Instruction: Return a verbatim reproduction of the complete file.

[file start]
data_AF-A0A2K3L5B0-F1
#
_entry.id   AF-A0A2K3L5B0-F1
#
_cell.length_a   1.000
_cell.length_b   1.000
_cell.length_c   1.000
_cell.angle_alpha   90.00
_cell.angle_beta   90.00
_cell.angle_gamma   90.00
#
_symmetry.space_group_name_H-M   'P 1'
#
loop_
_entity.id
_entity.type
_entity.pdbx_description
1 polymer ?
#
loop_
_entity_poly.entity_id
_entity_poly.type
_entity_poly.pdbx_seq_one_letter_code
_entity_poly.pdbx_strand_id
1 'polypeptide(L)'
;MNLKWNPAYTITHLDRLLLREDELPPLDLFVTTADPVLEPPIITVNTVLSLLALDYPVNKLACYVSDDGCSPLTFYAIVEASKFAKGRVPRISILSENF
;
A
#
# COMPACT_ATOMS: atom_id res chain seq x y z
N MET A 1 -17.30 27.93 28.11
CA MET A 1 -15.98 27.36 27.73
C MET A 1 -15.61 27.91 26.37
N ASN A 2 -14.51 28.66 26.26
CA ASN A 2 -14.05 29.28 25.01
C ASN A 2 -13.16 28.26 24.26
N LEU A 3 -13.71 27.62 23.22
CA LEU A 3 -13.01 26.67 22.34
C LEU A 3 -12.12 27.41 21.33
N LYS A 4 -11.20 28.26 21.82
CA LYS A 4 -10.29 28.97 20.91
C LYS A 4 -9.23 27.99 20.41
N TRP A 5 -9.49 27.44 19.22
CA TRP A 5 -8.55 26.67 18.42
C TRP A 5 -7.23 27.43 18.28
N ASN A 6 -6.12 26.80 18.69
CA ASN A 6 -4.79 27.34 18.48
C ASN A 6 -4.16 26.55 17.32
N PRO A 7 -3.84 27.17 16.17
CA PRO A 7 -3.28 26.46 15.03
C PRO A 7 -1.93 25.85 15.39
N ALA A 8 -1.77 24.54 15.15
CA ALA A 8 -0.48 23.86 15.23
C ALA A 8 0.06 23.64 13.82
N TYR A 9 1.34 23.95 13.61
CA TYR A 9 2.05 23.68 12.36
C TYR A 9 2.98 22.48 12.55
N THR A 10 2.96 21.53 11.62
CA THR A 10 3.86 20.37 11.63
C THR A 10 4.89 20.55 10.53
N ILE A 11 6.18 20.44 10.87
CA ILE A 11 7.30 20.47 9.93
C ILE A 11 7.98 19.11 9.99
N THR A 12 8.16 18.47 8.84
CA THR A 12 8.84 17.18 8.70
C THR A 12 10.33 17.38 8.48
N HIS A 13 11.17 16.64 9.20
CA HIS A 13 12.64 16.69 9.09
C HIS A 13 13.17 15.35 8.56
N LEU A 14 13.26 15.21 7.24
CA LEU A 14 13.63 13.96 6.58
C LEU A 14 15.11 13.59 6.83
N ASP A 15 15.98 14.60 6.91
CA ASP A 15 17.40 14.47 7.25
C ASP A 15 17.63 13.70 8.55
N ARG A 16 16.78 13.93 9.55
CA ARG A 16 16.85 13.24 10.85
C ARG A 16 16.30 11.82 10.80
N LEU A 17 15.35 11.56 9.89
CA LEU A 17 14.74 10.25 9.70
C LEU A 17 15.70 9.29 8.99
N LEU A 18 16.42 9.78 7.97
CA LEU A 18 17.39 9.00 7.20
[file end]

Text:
data_AF-A0A2K3L5B0-F1
#
_entry.id   AF-A0A2K3L5B0-F1
#
_cell.length_a   1.000
_cell.length_b   1.000
_cell.length_c   1.000
_cell.angle_alpha   90.00
_cell.angle_beta   90.00
_cell.angle_gamma   90.00
#
_symmetry.space_group_name_H-M   'P 1'
#
loop_
_entity.id
_entity.type
_entity.pdbx_description
1 polymer ?
#
loop_
_entity_poly.entity_id
_entity_poly.type
_entity_poly.pdbx_seq_one_letter_code
_entity_poly.pdbx_strand_id
1 'polypeptide(L)'
;MNLKWNPAYTITHLDRLLLREDELPPLDLFVTTADPVLEPPIITVNTVLSLLALDYPVNKLACYVSDDGCSPLTFYAIVEASKFAKGRVPRISILSENF
;
A
#
# COMPACT_ATOMS: atom_id res chain seq x y z
N MET A 1 -17.30 27.93 28.11
CA MET A 1 -15.98 27.36 27.73
C MET A 1 -15.61 27.91 26.37
N ASN A 2 -14.51 28.66 26.26
CA ASN A 2 -14.05 29.28 25.01
C ASN A 2 -13.16 28.26 24.26
N LEU A 3 -13.71 27.62 23.22
CA LEU A 3 -13.01 26.67 22.34
C LEU A 3 -12.12 27.41 21.33
N LYS A 4 -11.20 28.26 21.82
CA LYS A 4 -10.29 28.97 20.91
C LYS A 4 -9.23 27.99 20.41
N TRP A 5 -9.49 27.44 19.22
CA TRP A 5 -8.55 26.67 18.42
C TRP A 5 -7.23 27.43 18.28
N ASN A 6 -6.12 26.80 18.69
CA ASN A 6 -4.79 27.34 18.48
C ASN A 6 -4.16 26.55 17.32
N PRO A 7 -3.84 27.17 16.17
CA PRO A 7 -3.28 26.46 15.03
C PRO A 7 -1.93 25.85 15.39
N ALA A 8 -1.77 24.54 15.15
CA ALA A 8 -0.48 23.86 15.23
C ALA A 8 0.06 23.64 13.82
N TYR A 9 1.34 23.95 13.61
CA TYR A 9 2.05 23.68 12.36
C TYR A 9 2.98 22.48 12.55
N THR A 10 2.96 21.53 11.62
CA THR A 10 3.86 20.37 11.63
C THR A 10 4.89 20.55 10.53
N ILE A 11 6.18 20.44 10.87
CA ILE A 11 7.30 20.47 9.93
C ILE A 11 7.98 19.11 9.99
N THR A 12 8.16 18.47 8.84
CA THR A 12 8.84 17.18 8.70
C THR A 12 10.33 17.38 8.48
N HIS A 13 11.17 16.64 9.20
CA HIS A 13 12.64 16.69 9.09
C HIS A 13 13.17 15.35 8.56
N LEU A 14 13.26 15.21 7.24
CA LEU A 14 13.63 13.96 6.58
C LEU A 14 15.11 13.59 6.83
N ASP A 15 15.98 14.60 6.91
CA ASP A 15 17.40 14.47 7.25
C ASP A 15 17.63 13.70 8.55
N ARG A 16 16.78 13.93 9.55
CA ARG A 16 16.85 13.24 10.85
C ARG A 16 16.30 11.82 10.80
N LEU A 17 15.35 11.56 9.89
CA LEU A 17 14.74 10.25 9.70
C LEU A 17 15.70 9.29 8.99
N LEU A 18 16.42 9.78 7.97
CA LEU A 18 17.39 9.00 7.20